National Law Journal, Two Law Schools Get an ‘F’ for High Student Debt from Education Dept.:
Two law schools have landed on the U.S. Department of Education’s list of college programs with extremely high student loan debt compared with graduates’ earnings.
Florida Coastal School of Law and Charleston School of Law are identified as failing on the department’s “gainful employment list,” released Monday. Should those schools fail a second year in a row, they will lose access to federal student loans—a situation that is currently rocking the Charlotte School of Law as it struggles to remain open after losing federal loan access at the start of the year.
Charlotte, which Monday said it was delaying the start of its spring semester by a week while it scrambles to secure student loan funding, is among an additional three law schools with a so-called “zone” rating, meaning they were close to failing the department’s measure and are on notice that they must improve. Western State College of Law and Arizona Summit Law School are the other two in the zone. Those three schools must pass the gainful employment standard in one of the next four years in order to remain in good standing, according to Ben Miller, a higher education expert at the Center for American Progress. ...
Programs fail the gainful employment standard if graduates’ annual loan payments are more than 12 percent of their total earnings, or if those payments exceed 30 percent of their discretionary income. [Programs are in the zone if graduates’ annual loan payments are 8-12 percent of their total earnings, or if those payments are 20-30 percent of their discretionary income.]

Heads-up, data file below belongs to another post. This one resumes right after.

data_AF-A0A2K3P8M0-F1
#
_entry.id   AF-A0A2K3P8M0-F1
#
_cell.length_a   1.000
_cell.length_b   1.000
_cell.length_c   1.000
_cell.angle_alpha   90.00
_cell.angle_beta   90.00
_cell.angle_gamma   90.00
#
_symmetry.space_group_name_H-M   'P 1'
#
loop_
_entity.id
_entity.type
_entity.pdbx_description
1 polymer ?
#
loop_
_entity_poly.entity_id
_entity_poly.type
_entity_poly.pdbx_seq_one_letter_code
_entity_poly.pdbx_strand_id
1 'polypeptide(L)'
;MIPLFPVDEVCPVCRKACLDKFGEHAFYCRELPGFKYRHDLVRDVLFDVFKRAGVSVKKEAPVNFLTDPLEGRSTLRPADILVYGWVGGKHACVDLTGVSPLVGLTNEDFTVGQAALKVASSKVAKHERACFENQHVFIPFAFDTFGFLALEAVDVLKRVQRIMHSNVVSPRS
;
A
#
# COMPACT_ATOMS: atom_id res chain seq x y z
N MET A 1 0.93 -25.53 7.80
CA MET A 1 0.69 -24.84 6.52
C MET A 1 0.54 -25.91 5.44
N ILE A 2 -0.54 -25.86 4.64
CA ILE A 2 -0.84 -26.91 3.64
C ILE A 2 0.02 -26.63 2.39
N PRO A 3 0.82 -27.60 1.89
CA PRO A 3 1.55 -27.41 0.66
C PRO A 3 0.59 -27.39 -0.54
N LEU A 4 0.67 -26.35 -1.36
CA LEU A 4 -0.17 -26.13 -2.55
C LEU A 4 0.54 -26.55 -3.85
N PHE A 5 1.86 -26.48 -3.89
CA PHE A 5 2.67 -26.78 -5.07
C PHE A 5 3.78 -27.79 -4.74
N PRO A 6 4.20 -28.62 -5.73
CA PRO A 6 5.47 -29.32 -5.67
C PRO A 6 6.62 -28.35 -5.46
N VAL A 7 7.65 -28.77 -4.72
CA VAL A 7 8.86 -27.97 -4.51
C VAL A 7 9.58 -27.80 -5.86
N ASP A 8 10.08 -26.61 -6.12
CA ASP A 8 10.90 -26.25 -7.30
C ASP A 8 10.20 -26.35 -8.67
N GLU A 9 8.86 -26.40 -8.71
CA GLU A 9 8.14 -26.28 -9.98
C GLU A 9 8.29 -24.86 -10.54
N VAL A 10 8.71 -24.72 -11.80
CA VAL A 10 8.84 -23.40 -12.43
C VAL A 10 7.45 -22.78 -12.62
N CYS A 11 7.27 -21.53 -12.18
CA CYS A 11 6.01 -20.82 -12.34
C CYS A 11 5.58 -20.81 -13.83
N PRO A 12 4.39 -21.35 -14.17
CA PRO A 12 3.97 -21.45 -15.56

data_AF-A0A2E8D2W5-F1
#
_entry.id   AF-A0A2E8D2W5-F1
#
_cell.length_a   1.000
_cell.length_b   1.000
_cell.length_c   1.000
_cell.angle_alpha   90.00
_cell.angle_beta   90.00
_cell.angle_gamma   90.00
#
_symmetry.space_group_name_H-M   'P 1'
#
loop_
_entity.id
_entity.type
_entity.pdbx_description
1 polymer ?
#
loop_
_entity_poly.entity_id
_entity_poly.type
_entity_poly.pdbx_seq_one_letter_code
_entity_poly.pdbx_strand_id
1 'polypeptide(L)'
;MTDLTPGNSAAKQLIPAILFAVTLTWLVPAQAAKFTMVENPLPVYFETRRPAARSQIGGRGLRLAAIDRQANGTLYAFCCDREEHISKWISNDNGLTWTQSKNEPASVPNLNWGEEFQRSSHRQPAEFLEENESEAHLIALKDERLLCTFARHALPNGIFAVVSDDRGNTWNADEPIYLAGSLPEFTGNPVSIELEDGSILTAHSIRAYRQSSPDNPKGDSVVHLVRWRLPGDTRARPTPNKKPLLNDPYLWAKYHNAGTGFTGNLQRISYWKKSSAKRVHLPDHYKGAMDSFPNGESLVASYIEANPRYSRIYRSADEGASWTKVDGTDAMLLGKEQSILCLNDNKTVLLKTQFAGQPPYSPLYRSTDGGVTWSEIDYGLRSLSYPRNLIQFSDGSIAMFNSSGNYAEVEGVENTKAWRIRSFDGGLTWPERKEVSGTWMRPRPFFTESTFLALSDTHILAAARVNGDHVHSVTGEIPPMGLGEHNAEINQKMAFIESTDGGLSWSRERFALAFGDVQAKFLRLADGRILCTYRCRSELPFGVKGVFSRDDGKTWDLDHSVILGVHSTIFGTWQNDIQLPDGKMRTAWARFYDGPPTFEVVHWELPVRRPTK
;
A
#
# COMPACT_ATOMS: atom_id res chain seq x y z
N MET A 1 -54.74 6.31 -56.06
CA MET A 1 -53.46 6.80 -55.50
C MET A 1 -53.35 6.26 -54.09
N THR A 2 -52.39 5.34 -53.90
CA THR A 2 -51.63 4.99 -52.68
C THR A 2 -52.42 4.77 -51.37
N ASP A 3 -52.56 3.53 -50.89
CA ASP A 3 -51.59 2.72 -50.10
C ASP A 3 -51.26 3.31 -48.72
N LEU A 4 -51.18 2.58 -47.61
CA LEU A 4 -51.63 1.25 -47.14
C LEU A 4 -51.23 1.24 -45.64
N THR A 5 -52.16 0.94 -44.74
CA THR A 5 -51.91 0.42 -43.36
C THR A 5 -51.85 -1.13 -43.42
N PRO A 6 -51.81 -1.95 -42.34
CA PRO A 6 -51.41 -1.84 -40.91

The Department of Education listed Charleston's median average earnings as $45,201, and Florida Coastal's as $46,053.
Chronicle of Higher Education, Here Are the Programs That Failed the Gainful-Employment Rule:
About 98 percent of the failing programs were offered by for-profit institutions, but some failing programs were at nonprofit institutions. Some of the more prominent failing programs included a theater-arts program at Harvard University, a music-performance program at the John Hopkins University, and a music-technology program at the University of Southern California.